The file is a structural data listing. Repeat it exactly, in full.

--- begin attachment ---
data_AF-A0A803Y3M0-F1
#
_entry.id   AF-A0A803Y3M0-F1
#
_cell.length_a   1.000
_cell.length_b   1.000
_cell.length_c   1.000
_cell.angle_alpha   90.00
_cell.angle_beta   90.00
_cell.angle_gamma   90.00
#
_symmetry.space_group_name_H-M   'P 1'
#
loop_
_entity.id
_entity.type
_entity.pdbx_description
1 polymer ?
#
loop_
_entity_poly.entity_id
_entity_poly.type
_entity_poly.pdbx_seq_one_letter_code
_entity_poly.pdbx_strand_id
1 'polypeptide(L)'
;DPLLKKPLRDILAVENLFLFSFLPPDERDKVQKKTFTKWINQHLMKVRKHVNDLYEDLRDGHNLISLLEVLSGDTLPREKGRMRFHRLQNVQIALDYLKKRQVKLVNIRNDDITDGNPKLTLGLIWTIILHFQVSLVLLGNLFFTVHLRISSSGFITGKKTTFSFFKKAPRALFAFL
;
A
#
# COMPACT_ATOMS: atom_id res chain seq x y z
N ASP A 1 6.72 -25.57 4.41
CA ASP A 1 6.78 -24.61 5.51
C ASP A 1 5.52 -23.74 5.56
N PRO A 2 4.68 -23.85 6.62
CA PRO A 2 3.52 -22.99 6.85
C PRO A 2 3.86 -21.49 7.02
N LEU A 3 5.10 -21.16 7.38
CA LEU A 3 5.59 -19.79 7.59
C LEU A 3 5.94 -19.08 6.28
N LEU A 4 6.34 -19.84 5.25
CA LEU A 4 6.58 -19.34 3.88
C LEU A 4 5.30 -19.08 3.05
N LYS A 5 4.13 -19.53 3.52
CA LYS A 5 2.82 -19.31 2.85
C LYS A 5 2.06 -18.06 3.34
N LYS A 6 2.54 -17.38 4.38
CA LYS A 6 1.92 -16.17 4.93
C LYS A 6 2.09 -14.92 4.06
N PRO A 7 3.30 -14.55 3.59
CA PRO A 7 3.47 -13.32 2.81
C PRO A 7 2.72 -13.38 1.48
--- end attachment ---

data_AF-A0A803Y3M0-F1
#
_entry.id   AF-A0A803Y3M0-F1
#
_cell.length_a   1.000
_cell.length_b   1.000
_cell.length_c   1.000
_cell.angle_alpha   90.00
_cell.angle_beta   90.00
_cell.angle_gamma   90.00
#
_symmetry.space_group_name_H-M   'P 1'
#
loop_
_entity.id
_entity.type
_entity.pdbx_description
1 polymer ?
#
loop_
_entity_poly.entity_id
_entity_poly.type
_entity_poly.pdbx_seq_one_letter_code
_entity_poly.pdbx_strand_id
1 'polypeptide(L)'
;DPLLKKPLRDILAVENLFLFSFLPPDERDKVQKKTFTKWINQHLMKVRKHVNDLYEDLRDGHNLISLLEVLSGDTLPREKGRMRFHRLQNVQIALDYLKKRQVKLVNIRNDDITDGNPKLTLGLIWTIILHFQVSLVLLGNLFFTVHLRISSSGFITGKKTTFSFFKKAPRALFAFL
;
A
#
# COMPACT_ATOMS: atom_id res chain seq x y z
N ASP A 1 6.72 -25.57 4.41
CA ASP A 1 6.78 -24.61 5.51
C ASP A 1 5.52 -23.74 5.56
N PRO A 2 4.68 -23.85 6.62
CA PRO A 2 3.52 -22.99 6.85
C PRO A 2 3.86 -21.49 7.02
N LEU A 3 5.10 -21.16 7.38
CA LEU A 3 5.59 -19.79 7.59
C LEU A 3 5.94 -19.08 6.28
N LEU A 4 6.34 -19.84 5.25
CA LEU A 4 6.58 -19.34 3.88
C LEU A 4 5.30 -19.08 3.05
N LYS A 5 4.13 -19.53 3.52
CA LYS A 5 2.82 -19.31 2.85
C LYS A 5 2.06 -18.06 3.34
N LYS A 6 2.54 -17.38 4.38
CA LYS A 6 1.92 -16.17 4.93
C LYS A 6 2.09 -14.92 4.06
N PRO A 7 3.30 -14.55 3.59
CA PRO A 7 3.47 -13.32 2.81
C PRO A 7 2.72 -13.38 1.48